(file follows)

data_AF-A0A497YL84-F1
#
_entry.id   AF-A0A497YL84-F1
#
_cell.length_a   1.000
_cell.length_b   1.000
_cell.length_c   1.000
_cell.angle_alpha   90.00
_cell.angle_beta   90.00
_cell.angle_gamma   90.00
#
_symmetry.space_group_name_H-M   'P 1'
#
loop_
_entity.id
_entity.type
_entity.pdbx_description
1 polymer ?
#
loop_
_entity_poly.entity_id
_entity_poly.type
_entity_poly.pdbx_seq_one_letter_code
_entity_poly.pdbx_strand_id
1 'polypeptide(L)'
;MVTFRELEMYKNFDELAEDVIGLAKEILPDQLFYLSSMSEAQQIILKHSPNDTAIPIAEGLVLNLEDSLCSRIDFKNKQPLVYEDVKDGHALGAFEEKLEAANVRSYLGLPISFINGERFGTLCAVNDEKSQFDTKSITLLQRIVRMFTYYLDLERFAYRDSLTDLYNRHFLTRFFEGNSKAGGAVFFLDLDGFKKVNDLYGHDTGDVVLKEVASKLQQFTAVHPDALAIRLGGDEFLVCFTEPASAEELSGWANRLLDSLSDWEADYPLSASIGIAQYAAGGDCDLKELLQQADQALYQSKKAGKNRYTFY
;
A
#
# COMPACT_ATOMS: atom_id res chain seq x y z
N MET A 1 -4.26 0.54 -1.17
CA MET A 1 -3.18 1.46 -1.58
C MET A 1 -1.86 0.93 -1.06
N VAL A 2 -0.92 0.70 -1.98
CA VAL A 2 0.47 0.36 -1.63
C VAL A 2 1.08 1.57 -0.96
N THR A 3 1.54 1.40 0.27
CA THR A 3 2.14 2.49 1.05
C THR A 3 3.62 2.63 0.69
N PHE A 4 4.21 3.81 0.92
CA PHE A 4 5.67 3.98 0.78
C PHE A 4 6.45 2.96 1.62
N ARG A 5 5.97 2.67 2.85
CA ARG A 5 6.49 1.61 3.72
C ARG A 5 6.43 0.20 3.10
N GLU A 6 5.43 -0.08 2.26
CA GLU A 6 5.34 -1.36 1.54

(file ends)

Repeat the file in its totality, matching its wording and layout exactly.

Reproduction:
data_AF-A0A497YL84-F1
#
_entry.id   AF-A0A497YL84-F1
#
_cell.length_a   1.000
_cell.length_b   1.000
_cell.length_c   1.000
_cell.angle_alpha   90.00
_cell.angle_beta   90.00
_cell.angle_gamma   90.00
#
_symmetry.space_group_name_H-M   'P 1'
#
loop_
_entity.id
_entity.type
_entity.pdbx_description
1 polymer ?
#
loop_
_entity_poly.entity_id
_entity_poly.type
_entity_poly.pdbx_seq_one_letter_code
_entity_poly.pdbx_strand_id
1 'polypeptide(L)'
;MVTFRELEMYKNFDELAEDVIGLAKEILPDQLFYLSSMSEAQQIILKHSPNDTAIPIAEGLVLNLEDSLCSRIDFKNKQPLVYEDVKDGHALGAFEEKLEAANVRSYLGLPISFINGERFGTLCAVNDEKSQFDTKSITLLQRIVRMFTYYLDLERFAYRDSLTDLYNRHFLTRFFEGNSKAGGAVFFLDLDGFKKVNDLYGHDTGDVVLKEVASKLQQFTAVHPDALAIRLGGDEFLVCFTEPASAEELSGWANRLLDSLSDWEADYPLSASIGIAQYAAGGDCDLKELLQQADQALYQSKKAGKNRYTFY
;
A
#
# COMPACT_ATOMS: atom_id res chain seq x y z
N MET A 1 -4.26 0.54 -1.17
CA MET A 1 -3.18 1.46 -1.58
C MET A 1 -1.86 0.93 -1.06
N VAL A 2 -0.92 0.70 -1.98
CA VAL A 2 0.47 0.36 -1.63
C VAL A 2 1.08 1.57 -0.96
N THR A 3 1.54 1.40 0.27
CA THR A 3 2.14 2.49 1.05
C THR A 3 3.62 2.63 0.69
N PHE A 4 4.21 3.81 0.92
CA PHE A 4 5.67 3.98 0.78
C PHE A 4 6.45 2.96 1.62
N ARG A 5 5.97 2.67 2.85
CA ARG A 5 6.49 1.61 3.72
C ARG A 5 6.43 0.20 3.10
N GLU A 6 5.43 -0.08 2.26
CA GLU A 6 5.34 -1.36 1.54